The U.S. Supreme Court struck down a New Deal-era farm program on June 22, saying it was unconstitutional for the U.S. Department of Agriculture (USDA) to force raisin farmers to give the government their crops without payment.
ABC, CBS and NBC never reported on the legal fight or the latest court decision, which was more than a decade in the making.
The Supreme Court ruled in favor of California raisin farmers Marvin and Laura Horne, reversing the Ninth Circuit’s previous ruling favoring the USDA.
“Any physical taking of them [raisins] for public use must be accompanied by just compensation,” Chief Justice John Roberts, Jr., wrote in the court’s majority opinion. He said that raisins “are private property— the fruit of the growers’ labor—not ‘public things subject to the absolute control of the state.’”
In 1949, a federal program instituted the Raisin Administrative Committee (an organization overseen by the USDA) in order to fix raisin prices. The program also created the National Raisin Reserve. The Washington Post reported in 2013 that for years the Hornes gave up their raisins, but in 2002 stopped complying with the government seizures.
While the Associated Press described the Supreme Court decision as a “victory for conservative groups that hailed the decision as a win for private property rights,” the broadcast news networks completely ignored the ruling. Moreover, not once did the networks discuss the Hornes’ case, which began when the farmers originally took the USDA to court in October 2008.
Non-network programs including FNC’s Special Report With Bret Baier and Varney & Company, MSNBC’s The Rachel Maddow Show and PBS NewsHour, discussed the Supreme Court’s ruling.
When the Post profiled the Hornes, the farmers said, “It’s robbery. It’s communism. It’s socialism. It’s feudalism.” The Post also mocked the outdated program, calling it “a case study” in the government’s failure “to reexamine old laws.”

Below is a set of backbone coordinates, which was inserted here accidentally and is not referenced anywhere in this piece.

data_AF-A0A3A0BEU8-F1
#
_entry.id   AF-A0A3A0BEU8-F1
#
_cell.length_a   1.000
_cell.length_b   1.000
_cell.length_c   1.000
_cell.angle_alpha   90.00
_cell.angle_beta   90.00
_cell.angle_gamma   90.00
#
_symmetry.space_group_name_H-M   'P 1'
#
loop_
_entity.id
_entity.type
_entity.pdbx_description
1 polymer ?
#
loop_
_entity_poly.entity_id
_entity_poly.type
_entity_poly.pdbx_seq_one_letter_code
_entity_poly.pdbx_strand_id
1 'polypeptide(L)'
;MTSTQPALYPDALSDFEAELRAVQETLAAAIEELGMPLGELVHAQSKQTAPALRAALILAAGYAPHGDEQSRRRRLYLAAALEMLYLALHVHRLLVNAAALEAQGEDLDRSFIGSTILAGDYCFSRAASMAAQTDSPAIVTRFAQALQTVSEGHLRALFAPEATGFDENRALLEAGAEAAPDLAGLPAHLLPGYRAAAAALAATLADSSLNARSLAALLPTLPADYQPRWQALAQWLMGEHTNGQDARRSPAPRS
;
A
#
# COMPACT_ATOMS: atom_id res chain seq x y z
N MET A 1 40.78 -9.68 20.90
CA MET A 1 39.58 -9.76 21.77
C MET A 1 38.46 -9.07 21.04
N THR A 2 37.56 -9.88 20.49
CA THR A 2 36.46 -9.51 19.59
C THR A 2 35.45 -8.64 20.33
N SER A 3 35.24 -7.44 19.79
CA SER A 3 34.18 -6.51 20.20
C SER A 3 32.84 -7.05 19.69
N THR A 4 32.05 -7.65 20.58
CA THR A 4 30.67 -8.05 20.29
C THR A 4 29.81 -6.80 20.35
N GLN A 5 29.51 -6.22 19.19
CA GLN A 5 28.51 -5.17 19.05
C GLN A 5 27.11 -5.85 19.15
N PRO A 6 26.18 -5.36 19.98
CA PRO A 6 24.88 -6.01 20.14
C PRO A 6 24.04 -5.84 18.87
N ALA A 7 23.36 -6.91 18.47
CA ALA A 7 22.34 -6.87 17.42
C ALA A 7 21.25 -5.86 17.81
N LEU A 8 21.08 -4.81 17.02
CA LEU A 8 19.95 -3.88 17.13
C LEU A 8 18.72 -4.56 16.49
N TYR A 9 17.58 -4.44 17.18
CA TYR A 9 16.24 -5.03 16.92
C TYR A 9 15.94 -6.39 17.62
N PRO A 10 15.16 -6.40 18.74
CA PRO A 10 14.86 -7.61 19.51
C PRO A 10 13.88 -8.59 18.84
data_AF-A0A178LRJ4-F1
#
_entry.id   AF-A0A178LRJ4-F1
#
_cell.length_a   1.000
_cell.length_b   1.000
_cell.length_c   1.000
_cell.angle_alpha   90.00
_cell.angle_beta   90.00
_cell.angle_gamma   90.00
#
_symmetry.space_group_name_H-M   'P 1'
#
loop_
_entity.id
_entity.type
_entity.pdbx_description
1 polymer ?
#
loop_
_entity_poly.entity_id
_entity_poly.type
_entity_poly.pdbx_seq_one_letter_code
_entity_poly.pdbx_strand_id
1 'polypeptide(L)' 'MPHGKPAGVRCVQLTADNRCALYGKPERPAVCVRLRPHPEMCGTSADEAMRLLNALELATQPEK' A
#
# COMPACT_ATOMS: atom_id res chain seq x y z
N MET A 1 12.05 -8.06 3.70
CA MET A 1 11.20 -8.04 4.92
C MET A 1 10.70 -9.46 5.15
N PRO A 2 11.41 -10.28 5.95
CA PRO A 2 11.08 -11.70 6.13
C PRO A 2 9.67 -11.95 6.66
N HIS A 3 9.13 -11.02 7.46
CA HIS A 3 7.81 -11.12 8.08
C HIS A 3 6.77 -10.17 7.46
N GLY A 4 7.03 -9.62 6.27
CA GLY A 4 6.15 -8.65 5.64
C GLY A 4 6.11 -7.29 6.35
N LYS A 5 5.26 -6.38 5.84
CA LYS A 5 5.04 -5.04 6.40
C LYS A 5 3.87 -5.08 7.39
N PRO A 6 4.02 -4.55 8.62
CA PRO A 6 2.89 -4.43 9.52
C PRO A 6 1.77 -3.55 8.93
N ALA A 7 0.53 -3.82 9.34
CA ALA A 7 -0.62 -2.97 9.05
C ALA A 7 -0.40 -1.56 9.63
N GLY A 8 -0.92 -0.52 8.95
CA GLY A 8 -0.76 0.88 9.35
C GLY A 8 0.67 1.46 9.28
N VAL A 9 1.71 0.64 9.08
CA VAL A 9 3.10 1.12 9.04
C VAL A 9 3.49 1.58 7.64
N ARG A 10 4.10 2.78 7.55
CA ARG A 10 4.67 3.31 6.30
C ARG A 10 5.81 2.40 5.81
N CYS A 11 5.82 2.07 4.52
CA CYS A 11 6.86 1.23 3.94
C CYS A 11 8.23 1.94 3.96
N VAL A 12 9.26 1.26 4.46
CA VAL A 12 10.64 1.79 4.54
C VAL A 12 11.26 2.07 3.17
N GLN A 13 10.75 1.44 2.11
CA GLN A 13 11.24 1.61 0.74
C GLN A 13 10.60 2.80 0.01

That article pointed out that the Hornes refused to comply after the Raisin Administrative Committee attempted to seize 47 percent of their raisin crop in 2003 and 30 percent in 2004. By 2013, the Hornes owed the U.S. government at least $650,000 in unpaid fines and 1.2 million pounds of unpaid raisins.
The USDA-managed program began President Harry Truman’s Marketing Order 989 and was intended to keep raisin prices artificially high because demand for raisins had dropped significantly after World War II.
Methodology: MRC Business examined the stories during the evening news shows on ABC, CBS, and NBC from Oct. 1, 2008, through the evening news programs on June 23, 2015, that mentioned raisin and court. This period included the time from when California raisin farmers Marvin and Laura Horne first took the USDA to court until after the U.S. Supreme Court decided in their favor. None of the resulting 44 stories discussed the Hornes, their case, or the USDA program. Several other searches in Nexis were also conducted including a search for the Hornes by name to confirm there was no network news coverage.